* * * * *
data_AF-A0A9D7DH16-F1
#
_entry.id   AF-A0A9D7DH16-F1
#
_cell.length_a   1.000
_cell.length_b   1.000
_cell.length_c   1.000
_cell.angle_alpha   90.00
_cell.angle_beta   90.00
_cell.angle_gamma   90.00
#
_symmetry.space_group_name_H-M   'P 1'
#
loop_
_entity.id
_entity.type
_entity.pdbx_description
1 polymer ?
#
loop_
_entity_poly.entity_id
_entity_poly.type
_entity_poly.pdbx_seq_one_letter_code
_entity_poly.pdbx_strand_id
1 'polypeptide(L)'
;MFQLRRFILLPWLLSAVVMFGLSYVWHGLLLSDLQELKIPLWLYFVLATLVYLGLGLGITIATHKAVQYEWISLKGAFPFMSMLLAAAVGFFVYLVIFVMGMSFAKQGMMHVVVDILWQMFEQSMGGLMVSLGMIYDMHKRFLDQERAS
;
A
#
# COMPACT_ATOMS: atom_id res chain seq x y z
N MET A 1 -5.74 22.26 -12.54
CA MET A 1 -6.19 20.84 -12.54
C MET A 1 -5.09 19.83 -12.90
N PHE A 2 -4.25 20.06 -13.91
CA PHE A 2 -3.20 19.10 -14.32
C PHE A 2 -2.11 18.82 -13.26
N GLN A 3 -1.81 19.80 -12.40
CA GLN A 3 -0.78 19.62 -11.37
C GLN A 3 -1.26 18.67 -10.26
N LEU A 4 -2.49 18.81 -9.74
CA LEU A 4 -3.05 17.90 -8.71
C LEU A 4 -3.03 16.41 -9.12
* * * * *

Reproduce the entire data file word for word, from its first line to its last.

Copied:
data_AF-A0A9D7DH16-F1
#
_entry.id   AF-A0A9D7DH16-F1
#
_cell.length_a   1.000
_cell.length_b   1.000
_cell.length_c   1.000
_cell.angle_alpha   90.00
_cell.angle_beta   90.00
_cell.angle_gamma   90.00
#
_symmetry.space_group_name_H-M   'P 1'
#
loop_
_entity.id
_entity.type
_entity.pdbx_description
1 polymer ?
#
loop_
_entity_poly.entity_id
_entity_poly.type
_entity_poly.pdbx_seq_one_letter_code
_entity_poly.pdbx_strand_id
1 'polypeptide(L)'
;MFQLRRFILLPWLLSAVVMFGLSYVWHGLLLSDLQELKIPLWLYFVLATLVYLGLGLGITIATHKAVQYEWISLKGAFPFMSMLLAAAVGFFVYLVIFVMGMSFAKQGMMHVVVDILWQMFEQSMGGLMVSLGMIYDMHKRFLDQERAS
;
A
#
# COMPACT_ATOMS: atom_id res chain seq x y z
N MET A 1 -5.74 22.26 -12.54
CA MET A 1 -6.19 20.84 -12.54
C MET A 1 -5.09 19.83 -12.90
N PHE A 2 -4.25 20.06 -13.91
CA PHE A 2 -3.20 19.10 -14.32
C PHE A 2 -2.11 18.82 -13.26
N GLN A 3 -1.81 19.80 -12.40
CA GLN A 3 -0.78 19.62 -11.37
C GLN A 3 -1.26 18.67 -10.26
N LEU A 4 -2.49 18.81 -9.74
CA LEU A 4 -3.05 17.90 -8.71
C LEU A 4 -3.03 16.41 -9.12